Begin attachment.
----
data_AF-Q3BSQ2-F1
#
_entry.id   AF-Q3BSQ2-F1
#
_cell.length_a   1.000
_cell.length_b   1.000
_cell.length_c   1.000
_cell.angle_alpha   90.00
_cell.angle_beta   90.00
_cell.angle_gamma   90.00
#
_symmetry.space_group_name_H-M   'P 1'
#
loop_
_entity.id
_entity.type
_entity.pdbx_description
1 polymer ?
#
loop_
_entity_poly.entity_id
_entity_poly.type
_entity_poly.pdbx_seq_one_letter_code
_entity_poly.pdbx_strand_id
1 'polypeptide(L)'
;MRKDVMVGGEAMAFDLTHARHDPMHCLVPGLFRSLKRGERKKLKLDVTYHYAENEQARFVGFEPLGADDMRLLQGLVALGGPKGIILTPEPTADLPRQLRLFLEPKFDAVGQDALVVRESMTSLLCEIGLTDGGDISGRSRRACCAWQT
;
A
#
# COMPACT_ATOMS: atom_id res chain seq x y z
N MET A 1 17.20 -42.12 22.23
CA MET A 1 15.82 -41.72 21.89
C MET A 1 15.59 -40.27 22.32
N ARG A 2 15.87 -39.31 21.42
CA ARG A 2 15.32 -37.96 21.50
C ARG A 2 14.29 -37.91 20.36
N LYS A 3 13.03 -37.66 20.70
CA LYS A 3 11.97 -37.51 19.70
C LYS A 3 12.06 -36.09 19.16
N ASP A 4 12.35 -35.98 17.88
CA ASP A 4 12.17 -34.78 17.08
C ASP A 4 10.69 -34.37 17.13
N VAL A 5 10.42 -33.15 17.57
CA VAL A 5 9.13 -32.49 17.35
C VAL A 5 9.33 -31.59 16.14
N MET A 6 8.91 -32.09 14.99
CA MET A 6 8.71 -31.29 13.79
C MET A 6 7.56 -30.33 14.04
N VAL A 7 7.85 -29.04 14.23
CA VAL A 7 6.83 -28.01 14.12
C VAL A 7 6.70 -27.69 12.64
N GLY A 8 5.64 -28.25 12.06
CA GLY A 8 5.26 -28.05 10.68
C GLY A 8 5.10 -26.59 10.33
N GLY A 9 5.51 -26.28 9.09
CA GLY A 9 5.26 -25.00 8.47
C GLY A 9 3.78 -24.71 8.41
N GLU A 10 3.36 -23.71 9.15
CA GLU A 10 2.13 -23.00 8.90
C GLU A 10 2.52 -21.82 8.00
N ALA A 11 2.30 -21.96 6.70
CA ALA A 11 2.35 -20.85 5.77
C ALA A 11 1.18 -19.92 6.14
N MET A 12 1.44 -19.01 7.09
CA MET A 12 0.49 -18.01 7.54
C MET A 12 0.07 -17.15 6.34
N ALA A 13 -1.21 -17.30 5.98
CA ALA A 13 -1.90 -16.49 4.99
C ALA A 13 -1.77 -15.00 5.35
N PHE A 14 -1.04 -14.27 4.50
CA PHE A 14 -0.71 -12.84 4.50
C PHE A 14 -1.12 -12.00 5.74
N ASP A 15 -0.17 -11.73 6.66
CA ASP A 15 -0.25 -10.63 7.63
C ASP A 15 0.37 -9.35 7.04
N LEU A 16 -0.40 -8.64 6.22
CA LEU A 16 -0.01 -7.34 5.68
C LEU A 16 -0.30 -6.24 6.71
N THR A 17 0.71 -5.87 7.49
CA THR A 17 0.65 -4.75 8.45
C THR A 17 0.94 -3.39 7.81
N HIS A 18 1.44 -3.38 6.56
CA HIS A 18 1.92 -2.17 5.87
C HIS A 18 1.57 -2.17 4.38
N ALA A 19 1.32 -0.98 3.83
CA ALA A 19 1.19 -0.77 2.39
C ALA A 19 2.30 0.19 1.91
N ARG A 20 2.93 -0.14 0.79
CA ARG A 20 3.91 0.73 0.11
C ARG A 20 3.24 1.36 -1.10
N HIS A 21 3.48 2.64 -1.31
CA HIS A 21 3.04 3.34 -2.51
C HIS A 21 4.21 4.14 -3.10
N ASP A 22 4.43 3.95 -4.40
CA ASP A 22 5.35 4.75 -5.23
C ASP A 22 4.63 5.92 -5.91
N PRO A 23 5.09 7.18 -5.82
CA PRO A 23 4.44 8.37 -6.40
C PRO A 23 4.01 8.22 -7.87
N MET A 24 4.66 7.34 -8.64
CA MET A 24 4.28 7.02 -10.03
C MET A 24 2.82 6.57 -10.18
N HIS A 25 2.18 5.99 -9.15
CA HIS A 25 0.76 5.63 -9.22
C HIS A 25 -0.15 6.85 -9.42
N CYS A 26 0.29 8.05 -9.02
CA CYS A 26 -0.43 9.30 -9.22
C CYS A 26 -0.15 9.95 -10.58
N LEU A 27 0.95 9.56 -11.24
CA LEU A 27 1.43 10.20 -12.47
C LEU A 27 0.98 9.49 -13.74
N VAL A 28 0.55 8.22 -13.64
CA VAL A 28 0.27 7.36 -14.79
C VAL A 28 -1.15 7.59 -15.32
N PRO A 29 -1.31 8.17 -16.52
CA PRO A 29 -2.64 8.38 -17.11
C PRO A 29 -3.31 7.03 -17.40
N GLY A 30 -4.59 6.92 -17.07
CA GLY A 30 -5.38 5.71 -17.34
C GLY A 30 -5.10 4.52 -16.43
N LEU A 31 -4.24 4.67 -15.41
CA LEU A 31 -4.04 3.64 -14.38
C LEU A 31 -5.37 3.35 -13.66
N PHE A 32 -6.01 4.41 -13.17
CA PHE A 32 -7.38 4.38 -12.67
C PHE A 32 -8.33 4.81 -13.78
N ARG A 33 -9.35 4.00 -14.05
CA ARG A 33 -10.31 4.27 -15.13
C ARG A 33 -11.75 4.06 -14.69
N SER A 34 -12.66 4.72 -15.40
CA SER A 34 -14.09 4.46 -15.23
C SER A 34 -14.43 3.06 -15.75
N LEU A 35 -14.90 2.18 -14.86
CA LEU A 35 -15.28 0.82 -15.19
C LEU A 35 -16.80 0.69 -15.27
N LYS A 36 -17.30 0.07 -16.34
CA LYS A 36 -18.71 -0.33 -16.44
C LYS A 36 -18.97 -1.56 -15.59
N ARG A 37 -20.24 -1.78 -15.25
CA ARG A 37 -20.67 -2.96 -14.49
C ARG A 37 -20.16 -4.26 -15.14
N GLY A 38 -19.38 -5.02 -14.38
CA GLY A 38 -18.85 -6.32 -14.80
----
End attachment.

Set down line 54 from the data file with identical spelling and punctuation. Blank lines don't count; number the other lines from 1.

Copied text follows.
C GLY A 8 5.10 -26.59 10.33